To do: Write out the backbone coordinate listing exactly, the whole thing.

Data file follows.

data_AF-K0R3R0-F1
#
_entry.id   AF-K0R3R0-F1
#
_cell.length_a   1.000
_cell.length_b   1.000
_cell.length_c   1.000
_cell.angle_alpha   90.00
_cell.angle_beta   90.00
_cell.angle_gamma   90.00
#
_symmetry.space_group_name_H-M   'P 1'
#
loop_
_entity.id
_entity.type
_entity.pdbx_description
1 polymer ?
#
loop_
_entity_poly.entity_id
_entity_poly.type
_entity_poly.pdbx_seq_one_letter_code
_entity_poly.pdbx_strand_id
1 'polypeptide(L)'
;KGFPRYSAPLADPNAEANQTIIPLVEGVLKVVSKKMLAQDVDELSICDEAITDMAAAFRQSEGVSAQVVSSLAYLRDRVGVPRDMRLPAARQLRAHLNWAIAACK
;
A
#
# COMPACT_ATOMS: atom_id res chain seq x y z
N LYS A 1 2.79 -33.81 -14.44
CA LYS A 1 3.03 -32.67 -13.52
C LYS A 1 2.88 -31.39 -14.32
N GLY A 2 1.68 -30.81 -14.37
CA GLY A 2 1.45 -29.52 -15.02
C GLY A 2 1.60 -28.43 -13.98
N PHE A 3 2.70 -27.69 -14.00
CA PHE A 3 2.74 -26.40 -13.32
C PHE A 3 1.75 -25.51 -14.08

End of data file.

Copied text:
data_AF-K0R3R0-F1
#
_entry.id   AF-K0R3R0-F1
#
_cell.length_a   1.000
_cell.length_b   1.000
_cell.length_c   1.000
_cell.angle_alpha   90.00
_cell.angle_beta   90.00
_cell.angle_gamma   90.00
#
_symmetry.space_group_name_H-M   'P 1'
#
loop_
_entity.id
_entity.type
_entity.pdbx_description
1 polymer ?
#
loop_
_entity_poly.entity_id
_entity_poly.type
_entity_poly.pdbx_seq_one_letter_code
_entity_poly.pdbx_strand_id
1 'polypeptide(L)'
;KGFPRYSAPLADPNAEANQTIIPLVEGVLKVVSKKMLAQDVDELSICDEAITDMAAAFRQSEGVSAQVVSSLAYLRDRVGVPRDMRLPAARQLRAHLNWAIAACK
;
A
#
# COMPACT_ATOMS: atom_id res chain seq x y z
N LYS A 1 2.79 -33.81 -14.44
CA LYS A 1 3.03 -32.67 -13.52
C LYS A 1 2.88 -31.39 -14.32
N GLY A 2 1.68 -30.81 -14.37
CA GLY A 2 1.45 -29.52 -15.02
C GLY A 2 1.60 -28.43 -13.98
N PHE A 3 2.70 -27.69 -14.00
CA PHE A 3 2.74 -26.40 -13.32
C PHE A 3 1.75 -25.51 -14.08